EcoGas Free Zone N.V.
A zero waste future for Aruba
Business View Caribbean interviews Alfredo Ruiz, Managing Director of EcoGas Free Zone N.V., for our focus on Waste Management and Energy in Aruba.
EcoGas Free Zone N.V. is a subsidiary of EcoTech Aruba N.V. – a company established under the umbrella of Aruba-based, MetaCorp N.V. Metacorp’s business interests include movie theaters; a heavy equipment transportation company; a Coca-Cola bottling plant, which includes a brewery for the production of a local beer; a ready-mix concrete company that also manufactures blocks and pavers; stevedoring concerns in the country’s ports; a recycling plant that turns demolition rubble into aggregate and wash water from the bottling plant into semi-potable water for use in the concrete plant.
EcoTech’s complete waste management program consists of waste collection for commercial, industrial, medical, residential, and maritime clients – supplying a wide range of totes, bins, buckets and oil totes which are serviced by a fleet of 22 MACK trucks. After pick up, all the collected waste is brought to the EcoTech sister company, EcoGas Free Zone N.V. – a state-of-the-art waste separation plant built in 2009.This facility separates the sand, glass, rocks, organics such as food waste, ferrous metals, and non-ferrous metals out of the waste stream. Marketable recyclables are exported around the world. The remainder of the waste, which is classified as refuse derived fuel (RDF), is further compacted to a 5:1 ratio and bagged into envirobales for storage.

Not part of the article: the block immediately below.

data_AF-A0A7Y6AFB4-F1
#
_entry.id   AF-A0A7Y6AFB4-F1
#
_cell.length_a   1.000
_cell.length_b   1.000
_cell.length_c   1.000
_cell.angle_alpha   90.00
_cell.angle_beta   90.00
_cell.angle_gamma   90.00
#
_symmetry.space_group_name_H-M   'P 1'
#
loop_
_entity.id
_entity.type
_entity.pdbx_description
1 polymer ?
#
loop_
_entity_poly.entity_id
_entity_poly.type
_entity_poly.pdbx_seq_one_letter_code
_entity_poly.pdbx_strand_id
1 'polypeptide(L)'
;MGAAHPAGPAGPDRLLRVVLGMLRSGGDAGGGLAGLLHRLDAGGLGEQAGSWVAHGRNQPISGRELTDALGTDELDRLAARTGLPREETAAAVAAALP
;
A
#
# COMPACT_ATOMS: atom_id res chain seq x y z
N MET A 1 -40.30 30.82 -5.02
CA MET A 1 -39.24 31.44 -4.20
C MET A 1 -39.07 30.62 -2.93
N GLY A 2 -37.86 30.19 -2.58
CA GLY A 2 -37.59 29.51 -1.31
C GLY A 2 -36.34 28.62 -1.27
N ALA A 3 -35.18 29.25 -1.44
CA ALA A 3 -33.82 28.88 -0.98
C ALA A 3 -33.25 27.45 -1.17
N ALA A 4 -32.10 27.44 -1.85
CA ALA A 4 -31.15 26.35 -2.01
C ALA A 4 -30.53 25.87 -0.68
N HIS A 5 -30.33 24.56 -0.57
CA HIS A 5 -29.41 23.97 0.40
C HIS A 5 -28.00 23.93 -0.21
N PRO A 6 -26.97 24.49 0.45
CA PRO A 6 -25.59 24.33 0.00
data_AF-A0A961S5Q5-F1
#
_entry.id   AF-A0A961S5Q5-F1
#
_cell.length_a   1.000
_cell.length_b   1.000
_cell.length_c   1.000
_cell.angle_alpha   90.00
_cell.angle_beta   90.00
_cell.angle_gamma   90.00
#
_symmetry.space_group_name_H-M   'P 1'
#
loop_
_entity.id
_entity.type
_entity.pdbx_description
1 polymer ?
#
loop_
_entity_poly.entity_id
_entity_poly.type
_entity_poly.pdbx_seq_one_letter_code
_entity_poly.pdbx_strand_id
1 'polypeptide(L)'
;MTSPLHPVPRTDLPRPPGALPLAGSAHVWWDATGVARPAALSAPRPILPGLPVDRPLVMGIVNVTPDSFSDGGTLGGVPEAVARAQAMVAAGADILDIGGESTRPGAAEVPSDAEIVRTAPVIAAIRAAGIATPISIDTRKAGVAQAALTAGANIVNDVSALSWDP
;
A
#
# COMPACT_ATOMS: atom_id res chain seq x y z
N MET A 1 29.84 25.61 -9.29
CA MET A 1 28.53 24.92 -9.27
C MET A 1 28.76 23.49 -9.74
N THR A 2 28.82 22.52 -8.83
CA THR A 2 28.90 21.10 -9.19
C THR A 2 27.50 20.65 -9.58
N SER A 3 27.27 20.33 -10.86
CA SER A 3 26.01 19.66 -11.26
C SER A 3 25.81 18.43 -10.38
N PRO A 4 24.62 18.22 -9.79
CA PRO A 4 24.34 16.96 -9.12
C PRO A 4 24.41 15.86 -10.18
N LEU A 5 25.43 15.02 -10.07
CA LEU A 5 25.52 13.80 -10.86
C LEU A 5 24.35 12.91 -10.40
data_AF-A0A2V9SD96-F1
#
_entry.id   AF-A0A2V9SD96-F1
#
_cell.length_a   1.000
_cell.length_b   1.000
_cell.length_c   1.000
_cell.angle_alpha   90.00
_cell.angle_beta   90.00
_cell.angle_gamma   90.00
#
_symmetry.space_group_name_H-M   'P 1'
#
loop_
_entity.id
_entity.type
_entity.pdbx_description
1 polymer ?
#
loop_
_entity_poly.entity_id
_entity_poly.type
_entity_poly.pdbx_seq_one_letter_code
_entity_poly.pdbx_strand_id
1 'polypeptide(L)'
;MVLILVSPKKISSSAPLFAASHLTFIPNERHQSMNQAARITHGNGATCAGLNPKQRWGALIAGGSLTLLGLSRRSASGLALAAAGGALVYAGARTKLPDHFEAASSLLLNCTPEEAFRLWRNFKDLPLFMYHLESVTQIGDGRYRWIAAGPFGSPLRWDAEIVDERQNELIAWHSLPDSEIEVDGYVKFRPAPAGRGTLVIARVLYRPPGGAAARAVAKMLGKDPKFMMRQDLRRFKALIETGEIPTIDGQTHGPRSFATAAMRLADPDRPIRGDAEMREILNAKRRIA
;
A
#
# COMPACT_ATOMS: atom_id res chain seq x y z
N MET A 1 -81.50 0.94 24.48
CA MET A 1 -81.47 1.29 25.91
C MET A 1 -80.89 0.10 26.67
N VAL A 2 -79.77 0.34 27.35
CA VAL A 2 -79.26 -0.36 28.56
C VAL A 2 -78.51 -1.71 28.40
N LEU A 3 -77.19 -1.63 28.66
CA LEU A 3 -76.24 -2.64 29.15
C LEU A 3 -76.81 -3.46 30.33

EcoGas and EcoTech are committed to assisting Aruba in strengthening its commitment to the important and timely issues of sustainability and renewable energy. EcoGas was formed with the vision of doing something more responsible with the municipal waste that was collected; 35 to 40 percent of all municipal waste on the island was going to an open landfill, creating an environmental challenge. EcoTech started first with recycling. The recyclable products that can withstand the cost of freight for export are now limited only to aluminum, scrap metal, and carton paper. The rest are separated, shredded, baled, and bagged in envirobales that contain municipal waste reduced to RDF, which is non-toxic and all carbon-based. These envirobales then get placed and capped into abandoned granite pits to restore the landscape to its original grade.